OFAC Amends FAQs Regarding The Designation Of PDVSA On The SDN List
Jan. 31, 2019: OFAC published amended FAQs 595 and 648 and new FAQs 650-660 regarding the designation of PDVSA on the SDN List. Of particular relevance to exports, revised FAQ 648 discusses the definition of “maintenance” regarding activities authorized in GLs 6 and 11. Also, new FAQ 659 discusses the scope of exports authorized in certain wind-down activities until Feb. 27, 2019. FAQ 595 is on the Treasury Department website at https://www.treasury.gov/resource-center/faqs/Sanctions/Pages/faq_other.aspx#595; FAQ 648 is at https://www.treasury.gov/resource-center/faqs/Sanctions/Pages/faq_other.aspx#648; and FAQs 650-660 are at https://www.treasury.gov/resource-center/faqs/Sanctions/Pages/faq_other.aspx#650.
|LATEST SANCTIONS FINES & PENALTIES|
This section of our newsletter provides information on the latest sanctions, fines and penalties for export violations or matters of non-compliance with the ITAR or EAR issued by the US government enforcement agencies. It is provided as a service to exporters and associates of FD Associates to remind them of the importance of extreme due diligence in all international trade and export compliance matters, particularly those involving exports subject to the ITAR or the EAR. Don’t let this happen to you or your company! Call us with questions or concerns at 703-847-5801 or email email@example.com.
Fines and Penalties
Dec. 19, 2018: Asim Fareed of Boca Raton, FL, agreed to provide two annual reports to BIS showing all its export and reexport transactions involving items subject to the Export Administration Regulations (EAR, 15 CFR Parts 730-774) and to accept a 3-year suspension of its export privileges (suspended for 3 years and then waived if he has submitted the required reports and committed no further violations) to settle a charge by BIS of conspiracy to violate the EAR. The conspiracy involved the export of a Humboldt Bending Beam Rheometer and a Humboldt Pressure Aging Vessel, both subject to the EAR and designated EAR99, to Iran via the United Arab Emirates (UAE) without the required authorization.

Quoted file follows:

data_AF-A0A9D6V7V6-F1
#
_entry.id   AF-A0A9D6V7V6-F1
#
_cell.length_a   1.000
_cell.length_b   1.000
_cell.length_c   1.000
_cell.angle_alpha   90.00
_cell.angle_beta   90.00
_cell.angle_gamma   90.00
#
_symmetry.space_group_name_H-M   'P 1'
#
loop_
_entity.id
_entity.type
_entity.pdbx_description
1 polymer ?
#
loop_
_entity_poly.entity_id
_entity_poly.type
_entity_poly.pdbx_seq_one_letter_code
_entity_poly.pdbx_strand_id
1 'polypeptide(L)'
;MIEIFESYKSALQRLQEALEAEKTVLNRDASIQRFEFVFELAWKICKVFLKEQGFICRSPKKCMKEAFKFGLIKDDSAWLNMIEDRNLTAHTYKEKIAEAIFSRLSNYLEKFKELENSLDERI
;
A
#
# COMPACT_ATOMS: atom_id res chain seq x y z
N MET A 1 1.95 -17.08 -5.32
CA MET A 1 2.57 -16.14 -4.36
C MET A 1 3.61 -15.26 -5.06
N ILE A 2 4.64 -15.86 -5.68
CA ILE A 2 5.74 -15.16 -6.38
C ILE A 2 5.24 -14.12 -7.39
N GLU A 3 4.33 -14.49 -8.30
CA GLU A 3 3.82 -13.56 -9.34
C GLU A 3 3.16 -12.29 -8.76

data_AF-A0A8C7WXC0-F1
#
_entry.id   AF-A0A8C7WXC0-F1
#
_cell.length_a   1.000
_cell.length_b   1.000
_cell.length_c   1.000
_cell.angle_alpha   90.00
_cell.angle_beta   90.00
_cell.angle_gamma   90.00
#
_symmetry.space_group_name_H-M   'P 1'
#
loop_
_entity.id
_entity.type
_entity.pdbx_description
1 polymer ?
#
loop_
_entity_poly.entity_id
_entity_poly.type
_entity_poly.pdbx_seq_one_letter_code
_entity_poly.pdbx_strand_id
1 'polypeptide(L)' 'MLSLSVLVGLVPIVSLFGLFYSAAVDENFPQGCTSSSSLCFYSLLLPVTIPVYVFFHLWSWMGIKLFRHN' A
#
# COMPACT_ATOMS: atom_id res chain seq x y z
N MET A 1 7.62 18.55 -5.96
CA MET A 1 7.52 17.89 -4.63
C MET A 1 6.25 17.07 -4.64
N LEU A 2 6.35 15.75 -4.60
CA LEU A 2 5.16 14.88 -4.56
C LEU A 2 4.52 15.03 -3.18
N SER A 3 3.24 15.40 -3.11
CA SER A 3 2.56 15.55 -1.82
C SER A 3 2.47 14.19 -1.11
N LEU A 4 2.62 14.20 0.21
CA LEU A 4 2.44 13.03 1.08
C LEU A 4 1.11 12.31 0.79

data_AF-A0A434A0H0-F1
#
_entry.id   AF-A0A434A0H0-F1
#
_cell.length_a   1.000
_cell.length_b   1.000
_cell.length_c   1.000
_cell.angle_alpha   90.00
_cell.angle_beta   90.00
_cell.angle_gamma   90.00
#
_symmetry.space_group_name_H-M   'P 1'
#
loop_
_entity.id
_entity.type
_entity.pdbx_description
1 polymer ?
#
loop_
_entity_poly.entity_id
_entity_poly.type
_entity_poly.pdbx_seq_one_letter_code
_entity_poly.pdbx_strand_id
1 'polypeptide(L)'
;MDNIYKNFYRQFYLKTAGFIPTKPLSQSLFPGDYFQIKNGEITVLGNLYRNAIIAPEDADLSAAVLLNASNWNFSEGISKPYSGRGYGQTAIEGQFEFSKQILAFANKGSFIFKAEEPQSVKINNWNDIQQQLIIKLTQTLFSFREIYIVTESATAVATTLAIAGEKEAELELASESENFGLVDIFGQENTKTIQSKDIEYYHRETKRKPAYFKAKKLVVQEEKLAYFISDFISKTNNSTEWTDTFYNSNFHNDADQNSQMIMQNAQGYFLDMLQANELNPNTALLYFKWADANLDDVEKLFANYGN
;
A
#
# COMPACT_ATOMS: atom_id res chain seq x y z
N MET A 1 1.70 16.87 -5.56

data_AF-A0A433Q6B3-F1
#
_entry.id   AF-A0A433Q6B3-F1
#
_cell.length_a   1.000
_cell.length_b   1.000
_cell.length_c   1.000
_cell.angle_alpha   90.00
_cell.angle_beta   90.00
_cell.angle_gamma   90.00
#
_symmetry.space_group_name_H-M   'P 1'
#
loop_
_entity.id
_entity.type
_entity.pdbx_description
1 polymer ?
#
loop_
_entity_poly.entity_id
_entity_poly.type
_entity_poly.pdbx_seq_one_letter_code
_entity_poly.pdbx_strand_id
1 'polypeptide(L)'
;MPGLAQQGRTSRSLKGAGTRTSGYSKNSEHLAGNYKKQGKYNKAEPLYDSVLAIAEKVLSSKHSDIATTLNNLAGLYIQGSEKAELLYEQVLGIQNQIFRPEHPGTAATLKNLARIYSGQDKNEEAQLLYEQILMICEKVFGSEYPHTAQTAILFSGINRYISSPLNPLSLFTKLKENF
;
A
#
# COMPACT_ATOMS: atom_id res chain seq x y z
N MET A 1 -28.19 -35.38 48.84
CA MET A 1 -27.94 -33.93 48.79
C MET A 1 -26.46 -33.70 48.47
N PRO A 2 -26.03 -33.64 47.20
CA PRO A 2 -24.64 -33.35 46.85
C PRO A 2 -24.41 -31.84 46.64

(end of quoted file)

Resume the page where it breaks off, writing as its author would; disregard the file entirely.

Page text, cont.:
Jan. 11, 2019: Rawnd Khaleel Aldalawi of Seattle, WA, a citizen of Iraq, was sentenced in U.S. District Court in Seattle to one year in prison and 3 years of supervised release on charges that he conspired to ship firearms to Iraq without the required authorization. Aldalawi and co-defendant Paul Stuart Brunt allegedly shipped 30 guns from the Port of Seattle through Turkey and on to Peshmerga military in Kurdistan, northern Iraq, hidden in the side panels and trunk cavities of 3 automobiles in February 2017 and an additional 47 firearms concealed in 2 vehicles in November 2017. The second shipment was discovered by Turkish authorities who traced it back to Aldalawi and Brunt. Brunt will be sentenced at a later date.
Jan. 16, 2019: Multiwire Laboratories, Ltd., of Ithaca, NY agreed to pay a civil penalty of $80,000 to settle charges by BIS of violating the EAR by twice exporting Real-Time Back Reflection Laue Camera Detectors and Accessories, valued at $177,157 and designated EAR99, to the University of Electronic Science and Technology of China (UESTC) in Chengdu, China, an entity listed on the Entity List (EAR Part 744, Supp. No. 4), without the required licenses from BIS. Multiwire exported the items initially in 2014 and again in 2015, after they had been returned to Multiwire for warranty service. BIS may deny Multiwire’s export privileges for one year if Multiwire fails to pay the penalty in full.
Jan. 16, 2019: Folasade Omowanile of Brooklyn, NY agreed to pay a civil penalty of $10,000 (of which $9,000 was suspended for 3 years and will be waived thereafter if he has not committed another violation) and a 3-year denial of export privileges (suspended for 3 years and thereafter waived if he has made timely payment and has not committed another violation) to settle charges by BIS that he violated the EAR by exporting handcuffs and legcuffs classified as Export Control Classification Number (ECCN) 0A982 under the EAR to Nigeria without the required license from BIS and without filing the required Electronic Export Information (EEI). Omowanile placed the items, whose value was approximately $12,343, inside 3 vehicles which were then placed in a container for export and only provided the forwarding agent with information on the 3 vehicles, without mentioning the handcuffs and legcuffs.
Jan. 28, 2019: Huawei Technologies Co. Ltd. (Huawei), a Chinese telecommunications equipment manufacturer; two Huawei subsidiaries, Huawei Device USA Inc. and Skycom Tech Co. Ltd. (Skycom); Huawei’s Chief Financial Officer Wanzhou Meng; and additional persons were indicted in Brooklyn, NY on 13 counts including wire fraud, bank fraud, conspiracy to obstruct justice, conspiracy to defraud the U.S., conspiracy to commit money laundering, and conspiracy to violate and substantive violations of the International Emergency Economic Powers Act (IEEPA, 50 USC Sec. 1701 -1707). The IEEPA charges revolve around misrepresentations by Huawei resulting in its global banking partners providing U.S.-dollar transactions related to Iran through the U.S. in violation of the Iranian Transactions and Sanctions Regulations (ITSR, 31 CFR Part 560). Huawei also allegedly violated the ITSR in the course of conducting its own business in Iran, partly through co-defendant Skycom, which Huawei falsely claimed was an unrelated entity. The indictment in this case is available on the Internet at https://www.justice.gov/usao-edny/press-release/file/1125036/download.